Hacker with credit card on laptop showing third party breach of payment card data

A Third-Party Breach Leaked American Express Customers’ Credit Card Information

Payment card services provider American Express is notifying Amex card users and regulators of a third-party breach that exposed customer information.

In a notification letter filed with the Massachusetts Office of Consumer Affairs and Business Regulation (OCABR), American Express said it learned that a merchant processor was the victim of a data breach.

The New York-based company determined that the cybersecurity incident leaked payment account information, including credit card numbers.

Third-party breach leaked Amex card details

American Express said the third-party breach granted unauthorized entities access to customer information from a payment processor used by numerous merchants.

“We became aware that a third-party service provider engaged by numerous merchants experienced unauthorized access to its system,” said American Express.

The company determined that the third-party breach leaked sensitive customer data, including current or previously issued American Express card account numbers, names, and other card information such as the card expiration dates.

However, American Express stressed that its internal systems were not compromised during the third-party breach.

“It is important to note that American Express owned or controlled systems were not compromised by this incident, and we are providing this notice to you as a precautionary measure,” the company said.

Additionally, the company has implemented internal security measures to detect abuse and was “vigilantly monitoring” customers’ accounts.

“We have sophisticated monitoring systems and internal safeguards in place to help detect fraudulent and suspicious activity. If we see there is unusual activity that may be fraud, we will take protective actions,” the company said.

The financial services company also assured the impacted American Express Card Members that they were not “liable for fraudulent charges” incurred due to the third-party breach. Nevertheless, American Express customers should monitor and review their accounts for fraudulent activity, especially within the next 12-24 months.

Similarly, they should enable app, email, and text notifications on the American Express Mobile app to receive important account, transaction, and security alerts, change their account passwords and place card locks and credit freezes. To minimize the risk of abuse, customers should request new credit card numbers should theirs be compromised as a result of the third-party breach.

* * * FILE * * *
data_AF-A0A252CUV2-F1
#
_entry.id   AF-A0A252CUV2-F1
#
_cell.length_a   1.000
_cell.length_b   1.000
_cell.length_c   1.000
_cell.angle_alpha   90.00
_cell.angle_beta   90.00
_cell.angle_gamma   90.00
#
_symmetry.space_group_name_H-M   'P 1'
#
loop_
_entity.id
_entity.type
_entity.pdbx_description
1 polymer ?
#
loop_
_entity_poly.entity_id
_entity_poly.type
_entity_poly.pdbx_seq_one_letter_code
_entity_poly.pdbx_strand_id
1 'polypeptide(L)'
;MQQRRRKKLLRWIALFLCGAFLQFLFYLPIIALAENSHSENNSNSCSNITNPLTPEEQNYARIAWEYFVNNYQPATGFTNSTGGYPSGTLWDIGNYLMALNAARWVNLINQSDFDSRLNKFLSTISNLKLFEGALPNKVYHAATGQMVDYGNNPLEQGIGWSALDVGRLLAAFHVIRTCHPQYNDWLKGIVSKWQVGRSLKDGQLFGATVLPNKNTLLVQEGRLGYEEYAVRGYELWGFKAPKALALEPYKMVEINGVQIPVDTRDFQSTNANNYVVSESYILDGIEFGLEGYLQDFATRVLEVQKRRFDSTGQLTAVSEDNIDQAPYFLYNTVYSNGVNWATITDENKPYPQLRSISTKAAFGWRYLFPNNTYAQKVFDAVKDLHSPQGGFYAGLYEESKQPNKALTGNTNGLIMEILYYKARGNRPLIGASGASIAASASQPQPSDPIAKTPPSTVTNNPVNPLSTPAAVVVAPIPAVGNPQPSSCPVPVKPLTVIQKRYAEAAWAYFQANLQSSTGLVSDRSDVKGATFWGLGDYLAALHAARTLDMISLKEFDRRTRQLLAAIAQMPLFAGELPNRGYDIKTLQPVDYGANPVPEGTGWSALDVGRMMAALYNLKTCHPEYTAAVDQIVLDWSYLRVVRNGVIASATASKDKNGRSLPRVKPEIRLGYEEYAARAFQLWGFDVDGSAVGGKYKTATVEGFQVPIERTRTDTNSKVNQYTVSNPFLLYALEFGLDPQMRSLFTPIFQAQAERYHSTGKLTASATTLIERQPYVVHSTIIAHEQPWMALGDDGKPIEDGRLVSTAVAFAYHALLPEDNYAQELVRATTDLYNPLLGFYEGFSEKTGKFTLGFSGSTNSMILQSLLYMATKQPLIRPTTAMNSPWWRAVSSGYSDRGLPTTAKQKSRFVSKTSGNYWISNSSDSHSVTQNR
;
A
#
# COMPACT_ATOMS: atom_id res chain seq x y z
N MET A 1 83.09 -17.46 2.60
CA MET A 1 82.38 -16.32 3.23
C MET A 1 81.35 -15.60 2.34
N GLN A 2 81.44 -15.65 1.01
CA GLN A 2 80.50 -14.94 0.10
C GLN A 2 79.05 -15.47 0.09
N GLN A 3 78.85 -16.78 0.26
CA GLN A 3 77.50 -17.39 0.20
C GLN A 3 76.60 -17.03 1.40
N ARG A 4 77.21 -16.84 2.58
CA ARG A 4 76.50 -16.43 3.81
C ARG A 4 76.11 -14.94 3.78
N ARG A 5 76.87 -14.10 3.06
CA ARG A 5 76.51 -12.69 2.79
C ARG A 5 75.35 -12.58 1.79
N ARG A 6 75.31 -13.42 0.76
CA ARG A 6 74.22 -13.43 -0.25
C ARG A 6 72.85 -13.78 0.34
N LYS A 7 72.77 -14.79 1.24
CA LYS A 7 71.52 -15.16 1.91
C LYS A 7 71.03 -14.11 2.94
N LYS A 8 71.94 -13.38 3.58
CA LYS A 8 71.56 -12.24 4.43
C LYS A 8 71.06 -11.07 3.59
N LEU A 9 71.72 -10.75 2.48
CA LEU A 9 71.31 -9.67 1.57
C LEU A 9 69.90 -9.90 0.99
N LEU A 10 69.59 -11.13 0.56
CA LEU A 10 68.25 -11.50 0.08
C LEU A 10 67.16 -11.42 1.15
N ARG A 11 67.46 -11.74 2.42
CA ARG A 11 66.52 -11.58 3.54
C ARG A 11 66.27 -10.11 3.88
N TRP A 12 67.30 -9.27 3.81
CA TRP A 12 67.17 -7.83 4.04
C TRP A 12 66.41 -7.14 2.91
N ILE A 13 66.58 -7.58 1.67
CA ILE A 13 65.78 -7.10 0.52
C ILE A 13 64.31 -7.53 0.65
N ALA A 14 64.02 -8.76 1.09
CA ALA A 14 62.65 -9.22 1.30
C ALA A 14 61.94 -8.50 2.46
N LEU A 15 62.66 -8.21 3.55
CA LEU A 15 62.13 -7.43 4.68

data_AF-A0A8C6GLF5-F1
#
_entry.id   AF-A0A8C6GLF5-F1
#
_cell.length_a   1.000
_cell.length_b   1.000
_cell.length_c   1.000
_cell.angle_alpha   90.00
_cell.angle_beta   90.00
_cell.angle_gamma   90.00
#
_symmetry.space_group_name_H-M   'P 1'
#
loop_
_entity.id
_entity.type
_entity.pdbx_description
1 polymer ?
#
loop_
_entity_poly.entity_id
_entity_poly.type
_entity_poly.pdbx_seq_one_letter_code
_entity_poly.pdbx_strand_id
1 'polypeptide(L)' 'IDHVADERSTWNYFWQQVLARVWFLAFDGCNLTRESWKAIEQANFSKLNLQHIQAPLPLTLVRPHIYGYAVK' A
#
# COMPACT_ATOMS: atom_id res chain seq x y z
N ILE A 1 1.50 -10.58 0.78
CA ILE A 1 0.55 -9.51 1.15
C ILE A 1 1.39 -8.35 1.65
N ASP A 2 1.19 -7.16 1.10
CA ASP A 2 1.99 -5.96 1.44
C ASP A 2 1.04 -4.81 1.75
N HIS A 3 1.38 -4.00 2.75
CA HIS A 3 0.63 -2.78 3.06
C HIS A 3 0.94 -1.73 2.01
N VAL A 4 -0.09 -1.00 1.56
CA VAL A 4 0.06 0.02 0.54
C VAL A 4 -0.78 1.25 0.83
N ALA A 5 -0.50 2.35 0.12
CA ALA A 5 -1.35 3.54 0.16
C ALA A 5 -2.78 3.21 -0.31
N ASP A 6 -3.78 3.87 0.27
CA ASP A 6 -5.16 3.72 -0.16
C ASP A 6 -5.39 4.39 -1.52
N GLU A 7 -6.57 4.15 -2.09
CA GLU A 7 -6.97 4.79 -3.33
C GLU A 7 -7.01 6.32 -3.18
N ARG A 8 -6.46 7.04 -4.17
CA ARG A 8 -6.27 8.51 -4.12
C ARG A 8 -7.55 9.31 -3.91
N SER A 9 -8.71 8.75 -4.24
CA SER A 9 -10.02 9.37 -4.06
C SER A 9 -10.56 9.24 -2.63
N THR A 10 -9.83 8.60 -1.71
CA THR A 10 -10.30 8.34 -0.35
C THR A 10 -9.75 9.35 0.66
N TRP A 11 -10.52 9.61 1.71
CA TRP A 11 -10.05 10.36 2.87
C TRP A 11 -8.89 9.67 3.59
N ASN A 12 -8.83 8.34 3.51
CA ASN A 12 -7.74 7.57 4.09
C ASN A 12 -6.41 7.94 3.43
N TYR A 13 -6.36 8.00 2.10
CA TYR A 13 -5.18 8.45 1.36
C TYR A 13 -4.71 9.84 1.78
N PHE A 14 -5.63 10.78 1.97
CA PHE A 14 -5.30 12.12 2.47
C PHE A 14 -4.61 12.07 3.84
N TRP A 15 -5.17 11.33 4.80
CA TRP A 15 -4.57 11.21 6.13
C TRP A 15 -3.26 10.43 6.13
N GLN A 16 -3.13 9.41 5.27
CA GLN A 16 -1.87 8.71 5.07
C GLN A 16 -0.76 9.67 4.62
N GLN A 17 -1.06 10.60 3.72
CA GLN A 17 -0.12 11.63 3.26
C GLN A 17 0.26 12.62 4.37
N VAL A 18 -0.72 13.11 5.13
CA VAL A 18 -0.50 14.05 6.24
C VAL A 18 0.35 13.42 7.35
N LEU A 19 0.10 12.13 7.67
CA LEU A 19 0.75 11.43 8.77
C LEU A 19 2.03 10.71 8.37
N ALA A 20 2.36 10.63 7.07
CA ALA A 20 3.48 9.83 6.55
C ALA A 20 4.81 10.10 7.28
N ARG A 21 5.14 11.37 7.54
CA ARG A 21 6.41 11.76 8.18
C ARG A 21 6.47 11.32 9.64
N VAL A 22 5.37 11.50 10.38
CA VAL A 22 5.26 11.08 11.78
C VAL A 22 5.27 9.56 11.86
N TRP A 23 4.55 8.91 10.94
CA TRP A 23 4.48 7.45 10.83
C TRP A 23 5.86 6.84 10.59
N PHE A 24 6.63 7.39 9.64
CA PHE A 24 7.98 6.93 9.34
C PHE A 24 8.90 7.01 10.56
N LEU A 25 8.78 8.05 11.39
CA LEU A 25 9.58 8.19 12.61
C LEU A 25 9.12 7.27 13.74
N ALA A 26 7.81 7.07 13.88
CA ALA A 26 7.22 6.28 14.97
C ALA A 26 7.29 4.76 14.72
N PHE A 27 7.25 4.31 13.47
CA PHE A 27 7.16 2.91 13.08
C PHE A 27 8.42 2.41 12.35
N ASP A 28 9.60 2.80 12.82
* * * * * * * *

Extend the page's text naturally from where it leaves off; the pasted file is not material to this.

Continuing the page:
American Express has not disclosed the compromised payment processor’s identity or the number of customers impacted out of its more than 120 million Amex card users globally.

“The most disappointing aspect of this breach is the lack of detail – particularly over how the incident was detected and the scale of the compromise,” said Claude Mandy, Chief Evangelist, Data Security at Symmetry Systems. “Our thoughts go out to the compromised cardholders, who are left with the burden of monitoring for future fraud.”

Credit card data theft still lucrative

It also remains unclear if the compromised details have been leaked to underground carding forums, where each credit card costs about $10. However, stolen credit cards are sometimes leaked for free to promote other cybercrime services.

Credit card details are popular on the dark web marketplaces because they are readily exploitable and sell quickly. Consequently, credit card scraping via point-of-sale malware and digital skimming through Magecart attacks on e-commerce checkout pages remains a serious security challenge for retailers and consumers worldwide.

In 2023, the Federal Trade Commission received 1.036 million reports of identity theft, with 416,582 involving credit cards, highlighting the high prevalence of payment card data theft.

Between January 19 and March 7, 2024, American Express notified OCABR of 16 data breaches involving credit card numbers, affecting hundreds of Massachusetts residents. With many incidents impacting a single-digit number of customers, the pattern suggests point-of-sale attacks.

“This incident is a strong reminder of the dependencies many organizations have on third-party providers, meaning that security is only as strong as the security protections those third parties have put in place to protect the data and privileged access,” concluded Joseph Carson, chief security scientist and Advisory CISO at Delinea.